Should an education at UC Berkeley cost more than one at UC Santa Cruz? Should a student pay $11,000 in tuition at UC Riverside while his friend is billed $16,000 at UCLA?
Leaders of the 10-campus University of California system are considering such questions as they grapple with state budget reductions that already have led to tuition increases, staff layoffs and cuts in class offerings.
Advocates of allowing undergraduate tuition to vary by campus say that the change would raise funds the schools could share and that consumer demand should play a bigger role in setting tuition. But opponents contend that the idea is inherently elitist and could harm the unified nature of the UC system.
The debate is similar to tensions within large corporations with many divisions, said R. Michael Tanner, chief academic officer and vice president at the Assn. of Public and Land-grant Universities. “Some say, ‘Cut us free and let us be our own profit center,’ ” he said.
Nationally, UC is late to the debate, with many other state university systems long ago having established differential tuitions for their campuses, said Tanner, a former administrator at UC Santa Cruz and the University of Illinois at Chicago.
But, he said, most such systems have a single clearly recognized flagship, such as the University of Texas at Austin or the University of Wisconsin at Madison, which typically are allowed to charge higher tuition than the others.
In contrast, UC has UC Berkeley and UCLA, both often considered flagships, and several other campuses with high national rankings, he and other analysts said. In another difference from many other states, California also has a second public university system, the Cal State system, which traditionally has emphasized its teaching mission more than academic research and charges lower tuition than UC.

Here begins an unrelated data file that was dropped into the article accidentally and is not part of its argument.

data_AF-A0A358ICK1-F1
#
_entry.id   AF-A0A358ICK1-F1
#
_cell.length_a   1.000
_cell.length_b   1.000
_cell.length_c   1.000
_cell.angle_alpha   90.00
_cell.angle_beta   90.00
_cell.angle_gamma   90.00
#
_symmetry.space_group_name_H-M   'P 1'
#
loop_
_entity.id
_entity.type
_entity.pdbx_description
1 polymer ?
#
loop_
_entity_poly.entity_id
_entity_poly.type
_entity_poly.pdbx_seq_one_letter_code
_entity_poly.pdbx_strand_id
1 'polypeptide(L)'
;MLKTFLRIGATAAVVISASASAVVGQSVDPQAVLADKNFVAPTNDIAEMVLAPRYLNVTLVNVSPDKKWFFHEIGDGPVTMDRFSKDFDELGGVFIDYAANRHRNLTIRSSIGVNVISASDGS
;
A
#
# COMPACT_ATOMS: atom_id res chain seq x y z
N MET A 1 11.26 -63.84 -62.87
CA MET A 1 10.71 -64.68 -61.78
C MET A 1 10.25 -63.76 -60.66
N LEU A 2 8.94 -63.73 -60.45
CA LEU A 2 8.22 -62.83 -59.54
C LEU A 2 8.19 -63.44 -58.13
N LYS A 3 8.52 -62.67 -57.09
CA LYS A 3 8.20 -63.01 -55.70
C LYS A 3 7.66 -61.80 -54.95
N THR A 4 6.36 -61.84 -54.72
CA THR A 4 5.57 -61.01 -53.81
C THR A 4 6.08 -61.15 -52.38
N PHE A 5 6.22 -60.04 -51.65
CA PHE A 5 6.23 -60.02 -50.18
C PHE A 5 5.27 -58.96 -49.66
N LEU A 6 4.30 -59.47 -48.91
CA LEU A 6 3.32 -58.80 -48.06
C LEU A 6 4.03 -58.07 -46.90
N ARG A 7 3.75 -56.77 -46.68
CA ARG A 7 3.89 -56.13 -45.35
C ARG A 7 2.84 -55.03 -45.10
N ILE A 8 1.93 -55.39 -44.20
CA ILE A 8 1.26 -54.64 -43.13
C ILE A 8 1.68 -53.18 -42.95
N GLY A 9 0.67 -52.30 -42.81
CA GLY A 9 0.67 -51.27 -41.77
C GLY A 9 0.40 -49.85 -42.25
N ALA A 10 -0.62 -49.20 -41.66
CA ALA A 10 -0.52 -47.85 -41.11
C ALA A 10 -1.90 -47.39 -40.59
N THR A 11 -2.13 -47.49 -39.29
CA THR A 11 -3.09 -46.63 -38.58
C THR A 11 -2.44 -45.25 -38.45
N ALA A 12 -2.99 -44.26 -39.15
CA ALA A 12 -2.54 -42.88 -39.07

Perhaps not surprisingly, officials at UC Berkeley and UCLA have been among the most vocal advocates for some freedom in setting undergraduate tuition rates, which now are established uniformly by UC’s Board of Regents. The board has raised basic in-state tuition 8% for next school year, to $11,124. Campuses charge varying other fees for student activities, health, parking, and room and board that can bring total costs to more than $27,000 a year. UC’s graduate and professional schools set varying tuitions, with approval from the regents.
UC’s Commission on the Future, a panel studying reforms and ways to increase revenues, did not fully endorse differential tuition in its report in December, but it said UC should find ways to implement variable fees if the state’s fiscal crisis worsens. Nathan E. Brostrom, UC’s executive vice president for business operations, said recently that the university would continue to explore the concept.
UC Berkeley Chancellor Robert J. Birgeneau said he would like the regents to set a midpoint for undergraduate tuition and allow campuses to range up to 25% above or below that. Such a plan would give campuses the flexibility and income they need but maintain a sense of a UC system and provide additional financial aid, he said.